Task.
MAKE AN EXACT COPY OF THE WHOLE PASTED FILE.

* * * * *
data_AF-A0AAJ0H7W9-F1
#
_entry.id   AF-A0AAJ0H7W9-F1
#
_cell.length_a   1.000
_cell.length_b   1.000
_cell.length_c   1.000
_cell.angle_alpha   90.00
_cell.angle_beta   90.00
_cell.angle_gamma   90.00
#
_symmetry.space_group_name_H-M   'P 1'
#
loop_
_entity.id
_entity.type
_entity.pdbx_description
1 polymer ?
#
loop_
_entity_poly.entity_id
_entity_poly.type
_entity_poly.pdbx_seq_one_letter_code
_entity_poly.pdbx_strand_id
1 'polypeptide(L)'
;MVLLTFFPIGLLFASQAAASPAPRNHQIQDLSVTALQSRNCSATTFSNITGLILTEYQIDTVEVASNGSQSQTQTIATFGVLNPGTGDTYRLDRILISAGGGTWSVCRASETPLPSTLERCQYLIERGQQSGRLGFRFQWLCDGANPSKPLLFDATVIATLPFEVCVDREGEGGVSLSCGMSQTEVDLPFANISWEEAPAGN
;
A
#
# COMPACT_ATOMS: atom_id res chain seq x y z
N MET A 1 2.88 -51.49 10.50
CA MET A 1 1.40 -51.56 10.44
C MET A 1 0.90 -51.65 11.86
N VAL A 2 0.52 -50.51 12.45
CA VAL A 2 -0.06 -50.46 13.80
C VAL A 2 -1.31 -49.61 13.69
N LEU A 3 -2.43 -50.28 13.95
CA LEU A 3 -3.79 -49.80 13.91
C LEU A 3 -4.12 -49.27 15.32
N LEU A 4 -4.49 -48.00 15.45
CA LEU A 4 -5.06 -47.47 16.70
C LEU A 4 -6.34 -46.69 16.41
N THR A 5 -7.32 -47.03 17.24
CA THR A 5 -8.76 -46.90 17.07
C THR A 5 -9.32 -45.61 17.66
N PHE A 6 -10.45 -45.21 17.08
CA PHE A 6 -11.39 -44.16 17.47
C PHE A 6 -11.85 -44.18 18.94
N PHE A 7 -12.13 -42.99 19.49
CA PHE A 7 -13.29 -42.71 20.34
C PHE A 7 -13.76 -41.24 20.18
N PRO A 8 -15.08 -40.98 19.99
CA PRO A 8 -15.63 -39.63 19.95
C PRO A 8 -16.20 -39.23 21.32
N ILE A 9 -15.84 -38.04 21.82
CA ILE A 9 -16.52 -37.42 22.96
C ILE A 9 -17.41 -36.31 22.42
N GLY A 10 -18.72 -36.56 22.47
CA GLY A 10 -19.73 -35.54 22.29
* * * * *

data_AF-A0AAJ0H7W9-F1
#
_entry.id   AF-A0AAJ0H7W9-F1
#
_cell.length_a   1.000
_cell.length_b   1.000
_cell.length_c   1.000
_cell.angle_alpha   90.00
_cell.angle_beta   90.00
_cell.angle_gamma   90.00
#
_symmetry.space_group_name_H-M   'P 1'
#
loop_
_entity.id
_entity.type
_entity.pdbx_description
1 polymer ?
#
loop_
_entity_poly.entity_id
_entity_poly.type
_entity_poly.pdbx_seq_one_letter_code
_entity_poly.pdbx_strand_id
1 'polypeptide(L)'
;MVLLTFFPIGLLFASQAAASPAPRNHQIQDLSVTALQSRNCSATTFSNITGLILTEYQIDTVEVASNGSQSQTQTIATFGVLNPGTGDTYRLDRILISAGGGTWSVCRASETPLPSTLERCQYLIERGQQSGRLGFRFQWLCDGANPSKPLLFDATVIATLPFEVCVDREGEGGVSLSCGMSQTEVDLPFANISWEEAPAGN
;
A
#
# COMPACT_ATOMS: atom_id res chain seq x y z
N MET A 1 2.88 -51.49 10.50
CA MET A 1 1.40 -51.56 10.44
C MET A 1 0.90 -51.65 11.86
N VAL A 2 0.52 -50.51 12.45
CA VAL A 2 -0.06 -50.46 13.80
C VAL A 2 -1.31 -49.61 13.69
N LEU A 3 -2.43 -50.28 13.95
CA LEU A 3 -3.79 -49.80 13.91
C LEU A 3 -4.12 -49.27 15.32
N LEU A 4 -4.49 -48.00 15.45
CA LEU A 4 -5.06 -47.47 16.70
C LEU A 4 -6.34 -46.69 16.41
N THR A 5 -7.32 -47.03 17.24
CA THR A 5 -8.76 -46.90 17.07
C THR A 5 -9.32 -45.61 17.66
N PHE A 6 -10.45 -45.21 17.08
CA PHE A 6 -11.39 -44.16 17.47
C PHE A 6 -11.85 -44.18 18.94
N PHE A 7 -12.13 -42.99 19.49
CA PHE A 7 -13.29 -42.71 20.34
C PHE A 7 -13.76 -41.24 20.18
N PRO A 8 -15.08 -40.98 19.99
CA PRO A 8 -15.63 -39.63 19.95
C PRO A 8 -16.20 -39.23 21.32
N ILE A 9 -15.84 -38.04 21.82
CA ILE A 9 -16.52 -37.42 22.96
C ILE A 9 -17.41 -36.31 22.42
N GLY A 10 -18.72 -36.56 22.47
CA GLY A 10 -19.73 -35.54 22.29